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PLoS One. 2009; 4(9): e7038.
Published online Sep 15, 2009. doi:  10.1371/journal.pone.0007038
PMCID: PMC2737140

Dual Energy X-Ray Absorptiometry Body Composition Reference Values from NHANES

Adrian Vella, Editor

Abstract

In 2008 the National Center for Health Statistics released a dual energy x-ray absorptiometry (DXA) whole body dataset from the NHANES population-based sample acquired with modern fan beam scanners in 15 counties across the United States from 1999 through 2004. The NHANES dataset was partitioned by gender and ethnicity and DXA whole body measures of %fat, fat mass/height2, lean mass/height2, appendicular lean mass/height2, %fat trunk/%fat legs ratio, trunk/limb fat mass ratio of fat, bone mineral content (BMC) and bone mineral density (BMD) were analyzed to provide reference values for subjects 8 to 85 years old. DXA reference values for adults were normalized to age; reference values for children included total and sub-total whole body results and were normalized to age, height, or lean mass. We developed an obesity classification scheme by using estabbody mass index (BMI) classification thresholds and prevalences in young adults to generate matching classification thresholds for Fat Mass Index (FMI; fat mass/height2). These reference values should be helpful in the evaluation of a variety of adult and childhood abnormalities involving fat, lean, and bone, for establishing entry criteria into clinical trials, and for other medical, research, and epidemiological uses.

Introduction

The National Health and Nutrition Examination Survey (NHANES) is a program designed to assess the health and nutritional status of adults and children in the United States. NHANES performs a continuous, nationally representative health survey of the civilian, non-institutionalized United States population, collecting data on about 5000 persons each year from interviews, physical examinations, and medical tests including bone densitometry. Previous NHANES surveys provided a widely accepted DXA proximal femur BMD database [1]. In 1999 NHANES began performing DXA whole body measurements on survey subjects 8 years old and older in three mobile examination centers. DXA whole body data from the mobile exam centers was compiled by the NHANES study group and released on the Center for Disease Control (CDC) website. Previous studies used the data to investigate age, gender, and ethnic differences in whole body and regional BMD [2] or compared percent body fat to BMI, waist circumference, and waist-to-stature ratio in adults [3]. We report here on an age, gender, and ethnicity-specific DXA body composition and bone mineral reference database developed from the NHANES survey data collected from 1999 to 2004.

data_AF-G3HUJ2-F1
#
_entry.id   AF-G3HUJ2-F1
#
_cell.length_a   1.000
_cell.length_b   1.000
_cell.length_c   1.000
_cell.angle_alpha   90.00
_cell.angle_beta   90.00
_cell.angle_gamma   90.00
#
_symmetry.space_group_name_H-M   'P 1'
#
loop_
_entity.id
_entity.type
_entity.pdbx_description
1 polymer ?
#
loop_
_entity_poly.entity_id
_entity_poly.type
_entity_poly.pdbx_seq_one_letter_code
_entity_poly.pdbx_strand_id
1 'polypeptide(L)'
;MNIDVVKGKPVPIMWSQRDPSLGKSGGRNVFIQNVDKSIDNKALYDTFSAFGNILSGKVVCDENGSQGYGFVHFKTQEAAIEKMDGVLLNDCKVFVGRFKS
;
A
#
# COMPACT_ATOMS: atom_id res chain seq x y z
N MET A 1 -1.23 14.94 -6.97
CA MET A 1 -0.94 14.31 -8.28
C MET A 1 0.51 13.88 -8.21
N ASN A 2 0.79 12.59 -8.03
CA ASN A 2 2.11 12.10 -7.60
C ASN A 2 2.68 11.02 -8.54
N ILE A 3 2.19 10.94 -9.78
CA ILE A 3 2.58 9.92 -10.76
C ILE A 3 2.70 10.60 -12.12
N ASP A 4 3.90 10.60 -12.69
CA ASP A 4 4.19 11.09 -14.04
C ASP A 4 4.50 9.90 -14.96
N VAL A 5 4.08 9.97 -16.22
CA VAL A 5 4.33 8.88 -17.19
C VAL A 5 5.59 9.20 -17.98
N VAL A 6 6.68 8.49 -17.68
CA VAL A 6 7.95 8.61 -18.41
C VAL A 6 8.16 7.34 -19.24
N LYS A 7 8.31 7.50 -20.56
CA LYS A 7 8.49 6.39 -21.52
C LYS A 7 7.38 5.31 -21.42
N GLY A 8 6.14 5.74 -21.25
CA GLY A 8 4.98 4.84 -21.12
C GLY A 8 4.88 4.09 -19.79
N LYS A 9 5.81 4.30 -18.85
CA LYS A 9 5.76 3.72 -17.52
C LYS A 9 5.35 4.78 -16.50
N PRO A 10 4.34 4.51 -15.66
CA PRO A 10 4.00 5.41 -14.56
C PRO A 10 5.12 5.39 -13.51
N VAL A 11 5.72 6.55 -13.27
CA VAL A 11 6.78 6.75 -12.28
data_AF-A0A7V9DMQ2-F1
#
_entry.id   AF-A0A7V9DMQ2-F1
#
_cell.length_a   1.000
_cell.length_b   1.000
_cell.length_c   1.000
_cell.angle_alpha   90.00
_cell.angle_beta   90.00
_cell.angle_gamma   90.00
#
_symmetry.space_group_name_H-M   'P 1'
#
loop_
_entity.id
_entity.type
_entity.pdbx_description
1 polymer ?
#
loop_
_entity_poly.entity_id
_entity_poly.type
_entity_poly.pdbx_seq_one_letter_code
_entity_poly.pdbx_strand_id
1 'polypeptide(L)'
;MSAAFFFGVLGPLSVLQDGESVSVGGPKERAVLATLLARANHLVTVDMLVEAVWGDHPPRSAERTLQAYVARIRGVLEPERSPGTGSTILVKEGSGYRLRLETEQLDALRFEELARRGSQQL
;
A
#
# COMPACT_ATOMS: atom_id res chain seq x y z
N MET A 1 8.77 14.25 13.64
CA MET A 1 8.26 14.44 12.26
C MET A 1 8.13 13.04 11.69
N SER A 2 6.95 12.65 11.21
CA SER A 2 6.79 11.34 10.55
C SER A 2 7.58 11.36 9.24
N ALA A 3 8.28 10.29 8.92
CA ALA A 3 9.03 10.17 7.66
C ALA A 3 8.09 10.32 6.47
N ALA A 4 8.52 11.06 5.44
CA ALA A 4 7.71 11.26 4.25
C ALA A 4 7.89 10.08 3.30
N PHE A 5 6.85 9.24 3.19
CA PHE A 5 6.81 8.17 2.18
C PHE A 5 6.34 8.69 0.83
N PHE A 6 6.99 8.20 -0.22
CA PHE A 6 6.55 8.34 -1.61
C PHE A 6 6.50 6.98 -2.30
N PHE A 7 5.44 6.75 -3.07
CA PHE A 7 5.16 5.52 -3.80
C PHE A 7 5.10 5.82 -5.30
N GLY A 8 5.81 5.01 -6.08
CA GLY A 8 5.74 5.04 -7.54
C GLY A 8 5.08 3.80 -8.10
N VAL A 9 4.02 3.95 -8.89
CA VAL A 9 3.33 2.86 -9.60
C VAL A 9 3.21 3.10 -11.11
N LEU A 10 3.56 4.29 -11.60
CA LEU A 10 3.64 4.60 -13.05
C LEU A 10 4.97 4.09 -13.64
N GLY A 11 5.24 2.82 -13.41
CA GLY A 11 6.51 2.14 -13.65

Additionally, we developed an obesity classification scheme by calculating the prevalences of well established BMI classification thresholds and generating similar thresholds for Fat Mass Index (FMI; fat mass/height2) [4]. These prevalence-matched FMI classifications should offer superior specificity because the index is based on fat mass, not body weight, which is composed of both fat and lean constituents. The reference data reported here should be helpful in detecting abnormalities in whole body bone and body composition, for establishing reference ranges, for epidemiological considerations (e.g., to establish the prevalence of obesity or sarcopenia), and for entry criteria into clinical trials.

Methods

Subjects

Reference curves were developed for the following three major U.S. ethnic groups: Non-Hispanic Whites (hereafter referred to as White), Non-Hispanic Blacks (hereafter referred to as Black), and Mexican Americans. There were not enough observations to develop reference data for other ethnic minorities. Blacks, Mexican Americans, low-income Whites, adolescents between 12 and 19 years old, and subjects 60 years old and older were oversampled to provide more reliable estimates for these groups [3]. Females were excluded from the DXA examination if a pregnancy test was positive at exam time or if they said they were pregnant. Subjects were also excluded if their reported weight exceeded the DXA scan table weight limit of 136 kg or if their reported height was greater than the DXA scan table length of 196 cm”.

DXA Measurements